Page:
Air Batang: A Tioman Tale Part Two

Air Batang: A Tioman Tale Part Two

Michael CarterRead about Michael’s arrival to Pulau Tioman in his last article.

Air Batang, Pulau Tioman, Malaysia

After spending a couple of days in Salang, I caught a water taxi a short distance south along the coast to Air Batang, Pulau Toman, Malaysia. I stayed in a bungalow by the shore at Nazri’s. It had a fantastic sea view and sounds of the surf to lull me to sleep at night. I was a 10-minute walk from the Air Batang jetty and a 50-minute walk to the largest village on the island, Kampang Tekek. Like Salang, there were no roads, only pathways. After just a 3-minute walk from my bungalow, I found Ray’s Dive Adventure. Ray’s became my closest depot for beer, sunsets, and star-gazing at night.

My bungalow at Nazri's in Air Batang.I started suffering from a chronic condition known as IPI (Island Pace Inertia). No matter which island in the world one travels to, that traveler eventually succumbs to IPI. In my case, it took about five minutes for the condition to afflict me.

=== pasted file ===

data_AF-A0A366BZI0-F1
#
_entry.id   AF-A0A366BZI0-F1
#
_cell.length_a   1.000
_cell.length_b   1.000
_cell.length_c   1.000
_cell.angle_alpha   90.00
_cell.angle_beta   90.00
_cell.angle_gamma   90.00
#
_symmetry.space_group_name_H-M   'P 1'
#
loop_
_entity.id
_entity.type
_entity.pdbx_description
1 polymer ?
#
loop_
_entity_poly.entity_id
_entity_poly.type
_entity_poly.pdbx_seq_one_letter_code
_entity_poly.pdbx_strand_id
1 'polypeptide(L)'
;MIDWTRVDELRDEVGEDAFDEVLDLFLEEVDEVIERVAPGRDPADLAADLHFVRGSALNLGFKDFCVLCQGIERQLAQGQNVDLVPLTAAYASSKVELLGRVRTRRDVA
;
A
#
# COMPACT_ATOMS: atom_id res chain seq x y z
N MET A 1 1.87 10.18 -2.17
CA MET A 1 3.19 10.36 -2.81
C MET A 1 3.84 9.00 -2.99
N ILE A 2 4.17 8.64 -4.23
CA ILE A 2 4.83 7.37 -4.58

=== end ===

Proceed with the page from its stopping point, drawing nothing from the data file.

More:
As I was still on the northwest side of the island, I had come to accept that I wouldn’t have time to see nearly as much of the island as I originally thought. Wanting to explore a bit more, I considered taking a day-trip out of Tekek. I thought about going on a 4-wheel drive tour for a day. As the largest city on the island, Tekek actually does have a road. There’s one leading to the east side of the island. Alas, the tour required a minimum of four passengers, and no one else had signed up. I decided to rent a bicycle instead, and pedal my butt around Air Batang and into Tekek. This turned out to be a great decision.

Mother NatureOther than by foot, my primary mode of transportation.

I cycled along the coast and made numerous stops to gaze into the crystal clear water below. I saw plenty of marine life species without donning a mask and snorkel, which thrilled me I managed to rip off a large toenail earlier in the trip and water activities would have only aggravated it. 

Tioman seemed to have more cats than people, but for lovers of slightly wilder life, there was a plethora of free-roaming creatures. Countless colourful birds, butterflies, and playful monkeys. Lovers of lizards and things that slither would be in heaven here. Monitor lizards ambled along the pathways everywhere. It seemed like every time I glanced up into the tree branches, I caught a glimpse of a python lazing away.